Home > in which I write about authors as people, prose, Random Musings, Writing > The Glint on Broken Glass: This is the Book I Meant to Write

The Glint on Broken Glass: This is the Book I Meant to Write


This is the book I meant to write.

I pointed at it, silently. I said nothing. All I saw, staring back at me, was a version of my own story. The one scrawled out in coffee shops, on benches, late at night in bed. Words written while waiting, or while hiding, stealing moments like ill-gotten cookies.

That’s me. I steal things. I steal moments. You’d never know it from my smile. I’m a kleptomaniac of emotions, an empathetic endorphin junkie, a misguided muse-seeker.

I’m also very vague when it suits me. Back to the point, which is the book I meant to write – but didn’t.

First of all, the first manuscript I ever complete was several years ago. I was about 23. (For those keeping track, I am 29 now.) I cheated on that manuscript with the next one I finished, but it was a brief fling. I believe, among other things, in Current Work-in-Progress Fidelity. I’m just not always good at sticking to it. Do as I say, not as I do.

The first two manuscripts told decent stories, but I know now that they’re just not what they should be. Parts of them are self-indulgent. Parts are me figuring out how to write – because I was used to academic writing, and it had been an appallingly long time since I’d tried my hand at prose. I’ve made my peace with those first two books. They are, and were, learning tools. I’m a better writer now for having written them.

Someone, though, has written my story. Not literally mine (not, that is to say, based on my actual life). Someone has fashioned ghost-emotions into real ones, and I found myself with a quick pulse and unsteady heart, as I read about it the other day.

I’ve never seen a book as such a mirror before. But I have, now. I’ve seen its grace in the face of circumstance. I’ve seen it walk the line beautifully. I’ve seen it tell the kind of story I wanted to tell, but was previously unable to.

It makes me want to try again. It makes me want to drag it out, hack it up, and make it RIGHT. Somehow, I want to tell that story that I butchered. Well, maybe not butchered. Maimed, slightly.

I won’t. Not now. Someday, when I can look at it and not feel a pang of regret in every exhale. Someday, when I can remember that it is fiction, even though it bleeds like truth. Someday, when I feel as if I can do it justice. Today is not that day – but I’m not abandoning the idea.

Again, back to the point. This book I saw, the one that dances like a ghost, it feels like a betrayal. It feels like theft, as if someone stole a piece of my heart, without asking. Without warning. Without provocation. I realize that’s a lot like love, and that is something that also takes without question. A clever, condoned thief that sings, sometimes.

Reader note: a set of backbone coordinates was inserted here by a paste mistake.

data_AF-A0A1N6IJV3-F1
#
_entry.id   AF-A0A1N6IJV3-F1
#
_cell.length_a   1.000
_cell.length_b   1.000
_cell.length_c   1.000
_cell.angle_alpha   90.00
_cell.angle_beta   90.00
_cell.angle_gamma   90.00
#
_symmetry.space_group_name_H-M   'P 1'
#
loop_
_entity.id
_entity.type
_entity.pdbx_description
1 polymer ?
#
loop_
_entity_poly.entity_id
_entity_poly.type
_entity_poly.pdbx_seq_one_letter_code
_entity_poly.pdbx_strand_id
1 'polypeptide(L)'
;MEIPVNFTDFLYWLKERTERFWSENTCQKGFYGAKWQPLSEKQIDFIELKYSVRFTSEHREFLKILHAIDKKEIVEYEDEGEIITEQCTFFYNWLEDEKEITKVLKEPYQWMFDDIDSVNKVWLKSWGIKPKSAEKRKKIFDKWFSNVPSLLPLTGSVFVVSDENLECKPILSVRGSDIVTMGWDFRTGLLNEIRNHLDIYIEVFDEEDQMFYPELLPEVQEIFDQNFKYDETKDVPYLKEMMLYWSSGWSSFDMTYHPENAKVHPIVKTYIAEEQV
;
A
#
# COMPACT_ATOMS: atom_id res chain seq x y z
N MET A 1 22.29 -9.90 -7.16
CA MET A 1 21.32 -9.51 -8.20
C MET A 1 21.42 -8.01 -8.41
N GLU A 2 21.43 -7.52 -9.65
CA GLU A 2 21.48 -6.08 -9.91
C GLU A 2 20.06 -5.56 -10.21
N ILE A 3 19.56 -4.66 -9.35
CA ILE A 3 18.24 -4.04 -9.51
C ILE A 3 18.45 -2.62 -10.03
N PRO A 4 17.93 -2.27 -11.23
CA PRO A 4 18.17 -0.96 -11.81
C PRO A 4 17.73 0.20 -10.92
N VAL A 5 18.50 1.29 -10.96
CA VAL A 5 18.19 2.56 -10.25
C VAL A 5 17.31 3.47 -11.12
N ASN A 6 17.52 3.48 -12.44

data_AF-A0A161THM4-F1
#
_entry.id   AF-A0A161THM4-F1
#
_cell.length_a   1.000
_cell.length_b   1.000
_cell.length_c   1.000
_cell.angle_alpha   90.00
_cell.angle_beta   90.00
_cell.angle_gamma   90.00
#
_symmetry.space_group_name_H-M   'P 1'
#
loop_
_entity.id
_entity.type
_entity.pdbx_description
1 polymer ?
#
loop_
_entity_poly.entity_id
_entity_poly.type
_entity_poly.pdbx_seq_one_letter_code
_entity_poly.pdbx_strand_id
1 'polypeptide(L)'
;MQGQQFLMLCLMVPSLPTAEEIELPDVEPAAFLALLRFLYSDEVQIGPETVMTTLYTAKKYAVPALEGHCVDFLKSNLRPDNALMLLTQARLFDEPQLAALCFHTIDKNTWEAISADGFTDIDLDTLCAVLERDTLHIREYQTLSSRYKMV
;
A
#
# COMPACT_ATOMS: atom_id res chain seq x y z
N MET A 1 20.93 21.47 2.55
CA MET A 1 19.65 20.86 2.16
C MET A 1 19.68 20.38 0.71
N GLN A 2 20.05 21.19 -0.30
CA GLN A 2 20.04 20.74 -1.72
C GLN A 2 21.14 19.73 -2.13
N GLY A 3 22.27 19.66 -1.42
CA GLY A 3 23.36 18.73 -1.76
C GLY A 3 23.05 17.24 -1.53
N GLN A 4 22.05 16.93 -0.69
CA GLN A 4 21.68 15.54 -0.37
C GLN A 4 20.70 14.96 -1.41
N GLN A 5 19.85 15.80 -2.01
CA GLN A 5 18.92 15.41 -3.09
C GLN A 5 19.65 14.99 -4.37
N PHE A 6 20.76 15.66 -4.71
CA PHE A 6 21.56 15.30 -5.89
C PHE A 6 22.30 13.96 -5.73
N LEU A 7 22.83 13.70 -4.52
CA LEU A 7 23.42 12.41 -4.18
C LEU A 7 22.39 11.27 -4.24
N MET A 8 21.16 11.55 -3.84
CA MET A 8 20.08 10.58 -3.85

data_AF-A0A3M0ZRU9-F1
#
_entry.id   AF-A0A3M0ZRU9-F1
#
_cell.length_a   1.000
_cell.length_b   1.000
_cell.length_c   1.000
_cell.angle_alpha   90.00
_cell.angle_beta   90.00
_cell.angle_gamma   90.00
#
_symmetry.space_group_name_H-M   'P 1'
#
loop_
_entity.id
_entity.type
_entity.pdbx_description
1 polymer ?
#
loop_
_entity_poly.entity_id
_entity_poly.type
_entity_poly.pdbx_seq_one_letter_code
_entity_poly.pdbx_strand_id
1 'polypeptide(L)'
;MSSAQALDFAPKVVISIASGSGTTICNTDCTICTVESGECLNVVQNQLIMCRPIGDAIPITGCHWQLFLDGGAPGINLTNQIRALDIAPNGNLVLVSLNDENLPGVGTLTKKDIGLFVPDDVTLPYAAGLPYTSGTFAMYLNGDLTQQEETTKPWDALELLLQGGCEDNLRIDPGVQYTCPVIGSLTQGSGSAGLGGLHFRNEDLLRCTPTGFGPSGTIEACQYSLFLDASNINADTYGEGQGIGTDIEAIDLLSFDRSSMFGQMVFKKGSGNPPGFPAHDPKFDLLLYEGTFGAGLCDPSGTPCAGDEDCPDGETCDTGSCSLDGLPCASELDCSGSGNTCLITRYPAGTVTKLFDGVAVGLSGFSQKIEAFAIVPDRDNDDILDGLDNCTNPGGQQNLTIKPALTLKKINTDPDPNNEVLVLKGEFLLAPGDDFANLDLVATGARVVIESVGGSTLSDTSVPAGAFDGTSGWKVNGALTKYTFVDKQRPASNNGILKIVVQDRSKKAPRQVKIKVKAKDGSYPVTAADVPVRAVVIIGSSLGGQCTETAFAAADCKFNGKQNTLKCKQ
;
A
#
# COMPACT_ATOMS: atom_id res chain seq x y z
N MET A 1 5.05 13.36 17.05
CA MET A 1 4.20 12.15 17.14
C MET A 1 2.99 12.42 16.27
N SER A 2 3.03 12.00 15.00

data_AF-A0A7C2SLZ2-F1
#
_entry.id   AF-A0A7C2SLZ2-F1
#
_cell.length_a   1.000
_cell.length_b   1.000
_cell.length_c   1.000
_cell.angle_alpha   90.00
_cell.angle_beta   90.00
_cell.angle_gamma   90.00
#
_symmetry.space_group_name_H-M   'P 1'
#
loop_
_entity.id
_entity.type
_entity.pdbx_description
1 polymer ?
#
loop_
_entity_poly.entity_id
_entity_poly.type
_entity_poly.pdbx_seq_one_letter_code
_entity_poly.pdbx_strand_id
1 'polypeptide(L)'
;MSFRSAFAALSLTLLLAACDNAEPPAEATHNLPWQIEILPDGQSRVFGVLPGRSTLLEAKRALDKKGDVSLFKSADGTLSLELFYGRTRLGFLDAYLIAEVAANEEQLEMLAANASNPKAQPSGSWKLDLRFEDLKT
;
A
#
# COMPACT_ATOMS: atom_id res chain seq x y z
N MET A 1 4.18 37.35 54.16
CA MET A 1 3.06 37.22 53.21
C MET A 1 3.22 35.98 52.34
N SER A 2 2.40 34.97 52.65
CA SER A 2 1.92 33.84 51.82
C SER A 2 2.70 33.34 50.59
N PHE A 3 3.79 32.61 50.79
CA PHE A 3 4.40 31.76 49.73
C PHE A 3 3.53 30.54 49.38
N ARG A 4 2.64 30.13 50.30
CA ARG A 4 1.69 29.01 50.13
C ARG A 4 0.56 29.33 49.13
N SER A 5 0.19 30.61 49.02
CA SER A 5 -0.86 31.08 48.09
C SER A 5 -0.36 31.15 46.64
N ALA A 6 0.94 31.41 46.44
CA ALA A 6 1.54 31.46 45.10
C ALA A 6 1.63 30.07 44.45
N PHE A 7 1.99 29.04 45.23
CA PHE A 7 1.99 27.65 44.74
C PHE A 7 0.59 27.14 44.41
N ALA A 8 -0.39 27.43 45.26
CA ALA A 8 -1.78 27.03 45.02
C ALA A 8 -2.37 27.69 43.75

It’s been a very long time since a work of fiction seized me like this, shining light in a shadow that I’d thought long buried. Some things should stay there, secret, untouched. Some things should not rise like emotional zombies, searching for realization (not brains. Sorry.).

But they do. And this has reminded of that, for better or worse. Has a book ever shaken you, before? I won’t ask you to tell me why. I won’t even ask you which book.

Tell me how it made you feel, instead. Show me the glint of moonlight on broken glass (thank you, Chekhov). I want to see the gleam through your eyes.

  1. December 17, 2011 at 3:08 pm

    Ali, this was beautiful. You have such a way with words, they just flow through me and melt my soul. It makes me want to hug you and simultaneously tear out your brain so I can steal your talent. 🙂

    I think it would make me literally sick to my stomach if I found out someone published MY book. It makes me so crazy that I want to sit down and do nothing but work on it right now, but alas Christmas tasks are a priority at the moment. Just out of curiosity, which book was it that made you feel this way? I never want to read it because I know yours will be better.

    • December 20, 2011 at 10:10 am

      Oh, gosh, Andrea — you are too sweet. Seriously. Thank you for the kind, sweet words. I’m really flattered. As for your book, I CAN’T WAIT TO READ IT. *ahem* As soon as the holidays are over, I will begin to prod you again. 🙂

  2. December 17, 2011 at 6:26 pm

    Echoing Andrea, you do have a way with words, Ali. Your entry in Janet Reid’s competition (http://jetreidliterary.blogspot.com/2011/12/gotcha-knickers-twisted-yo.html) is phenomenal. I’m totally impressed.

    I have read books that touched me, and spoke to me in very meaningful ways. And there have certainly been books I wish I’d written. But none yet that are my books, that tell my story.

    • December 20, 2011 at 10:09 am

      *blushing* Colin, I’m really honored by what you said. Thank you very much for the praise. Janet’s contests are always fun; I particularly enjoyed that one.

      Thanks for taking the time to read and comment!

  3. December 18, 2011 at 3:19 pm

    I love the way you write… always so clear and full of passion! I would just like to pass on something that someone once told me. It makes a lot of sense, now… No one could ever write what you write, even if it is on the same subject matter… remember, there are only seven stories in the world and different is… how you tell it! 🙂

    • December 20, 2011 at 10:07 am

      Thank you so much for the wonderful compliment, Ana!! And thank you for passing on that advice. You are right, of course. I needed that reminder!! 🙂

  4. Lou
    December 19, 2011 at 9:03 am

    You are such an inspiration. 🙂

    • December 20, 2011 at 10:07 am

      *blushing* Thank you, Lou!

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